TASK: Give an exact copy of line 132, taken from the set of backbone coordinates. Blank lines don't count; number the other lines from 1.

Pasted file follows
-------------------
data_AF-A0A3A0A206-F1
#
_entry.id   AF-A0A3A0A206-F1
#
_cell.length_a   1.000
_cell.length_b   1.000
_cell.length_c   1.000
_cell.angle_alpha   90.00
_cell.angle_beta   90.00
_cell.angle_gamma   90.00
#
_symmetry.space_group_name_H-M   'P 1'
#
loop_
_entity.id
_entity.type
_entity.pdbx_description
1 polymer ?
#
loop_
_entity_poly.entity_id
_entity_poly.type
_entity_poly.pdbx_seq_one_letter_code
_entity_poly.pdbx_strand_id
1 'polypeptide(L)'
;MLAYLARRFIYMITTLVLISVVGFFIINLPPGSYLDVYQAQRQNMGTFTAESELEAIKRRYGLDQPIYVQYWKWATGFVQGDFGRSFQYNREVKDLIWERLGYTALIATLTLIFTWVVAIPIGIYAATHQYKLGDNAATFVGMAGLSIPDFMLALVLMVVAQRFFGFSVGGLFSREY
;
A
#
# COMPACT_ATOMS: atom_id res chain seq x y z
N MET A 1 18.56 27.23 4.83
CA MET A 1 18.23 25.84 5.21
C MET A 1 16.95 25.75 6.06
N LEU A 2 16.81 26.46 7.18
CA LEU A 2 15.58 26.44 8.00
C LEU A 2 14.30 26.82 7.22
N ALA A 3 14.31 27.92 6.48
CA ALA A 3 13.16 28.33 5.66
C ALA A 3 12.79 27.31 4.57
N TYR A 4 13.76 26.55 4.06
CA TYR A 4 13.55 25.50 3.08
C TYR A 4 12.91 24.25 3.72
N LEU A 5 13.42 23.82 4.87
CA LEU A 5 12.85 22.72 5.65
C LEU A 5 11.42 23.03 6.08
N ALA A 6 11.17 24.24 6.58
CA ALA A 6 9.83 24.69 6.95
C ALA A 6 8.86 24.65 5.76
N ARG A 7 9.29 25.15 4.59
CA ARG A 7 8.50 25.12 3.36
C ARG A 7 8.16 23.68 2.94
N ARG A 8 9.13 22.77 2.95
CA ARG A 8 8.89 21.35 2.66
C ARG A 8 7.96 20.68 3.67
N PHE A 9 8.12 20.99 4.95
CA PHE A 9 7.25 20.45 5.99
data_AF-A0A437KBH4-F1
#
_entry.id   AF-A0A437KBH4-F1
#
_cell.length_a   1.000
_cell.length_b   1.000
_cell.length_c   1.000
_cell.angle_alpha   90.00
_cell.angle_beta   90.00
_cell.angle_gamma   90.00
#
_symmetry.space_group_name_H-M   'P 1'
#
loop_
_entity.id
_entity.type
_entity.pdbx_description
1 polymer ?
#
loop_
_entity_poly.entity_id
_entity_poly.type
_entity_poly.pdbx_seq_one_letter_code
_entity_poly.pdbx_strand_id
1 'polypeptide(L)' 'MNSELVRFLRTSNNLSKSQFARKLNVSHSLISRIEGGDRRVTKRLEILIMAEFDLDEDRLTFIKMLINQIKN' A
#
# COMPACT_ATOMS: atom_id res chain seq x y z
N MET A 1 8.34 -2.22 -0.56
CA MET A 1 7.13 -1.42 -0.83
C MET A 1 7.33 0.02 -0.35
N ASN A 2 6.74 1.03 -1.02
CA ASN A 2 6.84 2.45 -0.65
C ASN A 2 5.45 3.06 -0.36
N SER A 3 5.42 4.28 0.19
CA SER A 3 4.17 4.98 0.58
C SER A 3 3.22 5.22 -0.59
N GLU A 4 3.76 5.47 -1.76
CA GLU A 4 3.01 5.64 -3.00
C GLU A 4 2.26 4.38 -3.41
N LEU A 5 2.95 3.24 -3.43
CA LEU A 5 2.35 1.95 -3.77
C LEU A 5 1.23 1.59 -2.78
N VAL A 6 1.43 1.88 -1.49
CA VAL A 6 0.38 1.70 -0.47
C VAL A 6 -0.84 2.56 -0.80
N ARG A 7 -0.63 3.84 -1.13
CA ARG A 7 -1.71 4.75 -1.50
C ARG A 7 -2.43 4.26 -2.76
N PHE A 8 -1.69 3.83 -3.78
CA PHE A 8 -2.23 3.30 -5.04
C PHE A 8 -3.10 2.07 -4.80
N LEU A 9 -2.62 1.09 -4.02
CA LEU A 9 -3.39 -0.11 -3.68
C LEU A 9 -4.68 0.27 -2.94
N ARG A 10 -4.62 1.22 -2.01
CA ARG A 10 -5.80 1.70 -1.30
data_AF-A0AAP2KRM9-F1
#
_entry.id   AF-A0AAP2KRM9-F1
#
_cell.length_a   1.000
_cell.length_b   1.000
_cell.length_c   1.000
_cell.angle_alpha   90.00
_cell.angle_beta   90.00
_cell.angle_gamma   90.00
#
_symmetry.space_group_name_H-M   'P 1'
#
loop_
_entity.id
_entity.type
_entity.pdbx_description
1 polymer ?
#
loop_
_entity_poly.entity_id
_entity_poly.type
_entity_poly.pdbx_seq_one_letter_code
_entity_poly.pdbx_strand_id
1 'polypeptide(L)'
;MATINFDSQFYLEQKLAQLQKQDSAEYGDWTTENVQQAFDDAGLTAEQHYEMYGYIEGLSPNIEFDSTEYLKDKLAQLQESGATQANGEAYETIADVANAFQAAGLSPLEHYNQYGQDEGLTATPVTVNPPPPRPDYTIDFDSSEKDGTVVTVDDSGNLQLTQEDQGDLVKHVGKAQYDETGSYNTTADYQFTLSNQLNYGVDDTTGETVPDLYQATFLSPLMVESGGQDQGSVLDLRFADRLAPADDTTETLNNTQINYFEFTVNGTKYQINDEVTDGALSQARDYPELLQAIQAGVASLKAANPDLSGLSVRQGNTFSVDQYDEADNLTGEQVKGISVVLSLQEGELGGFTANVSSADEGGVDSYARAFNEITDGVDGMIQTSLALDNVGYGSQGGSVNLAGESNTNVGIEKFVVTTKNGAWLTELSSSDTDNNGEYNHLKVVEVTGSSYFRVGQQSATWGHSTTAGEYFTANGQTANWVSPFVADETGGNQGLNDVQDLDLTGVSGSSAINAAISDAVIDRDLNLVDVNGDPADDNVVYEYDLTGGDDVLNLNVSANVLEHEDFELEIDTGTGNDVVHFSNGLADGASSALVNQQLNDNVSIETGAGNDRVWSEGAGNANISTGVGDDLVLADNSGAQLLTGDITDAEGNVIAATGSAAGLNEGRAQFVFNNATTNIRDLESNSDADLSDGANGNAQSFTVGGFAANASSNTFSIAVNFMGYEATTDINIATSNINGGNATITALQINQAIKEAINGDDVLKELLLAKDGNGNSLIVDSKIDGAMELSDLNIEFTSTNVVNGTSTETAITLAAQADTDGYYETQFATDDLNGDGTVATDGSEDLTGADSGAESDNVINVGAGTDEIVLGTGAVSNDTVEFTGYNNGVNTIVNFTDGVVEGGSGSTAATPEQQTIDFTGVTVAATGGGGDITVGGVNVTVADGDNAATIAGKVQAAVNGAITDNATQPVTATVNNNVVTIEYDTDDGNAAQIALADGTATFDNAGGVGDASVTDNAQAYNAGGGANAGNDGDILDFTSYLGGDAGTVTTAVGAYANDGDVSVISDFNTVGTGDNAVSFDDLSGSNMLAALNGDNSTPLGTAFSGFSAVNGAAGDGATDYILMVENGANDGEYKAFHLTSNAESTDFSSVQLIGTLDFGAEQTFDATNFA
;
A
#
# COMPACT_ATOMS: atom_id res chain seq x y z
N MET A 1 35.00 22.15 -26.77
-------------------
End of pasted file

loop_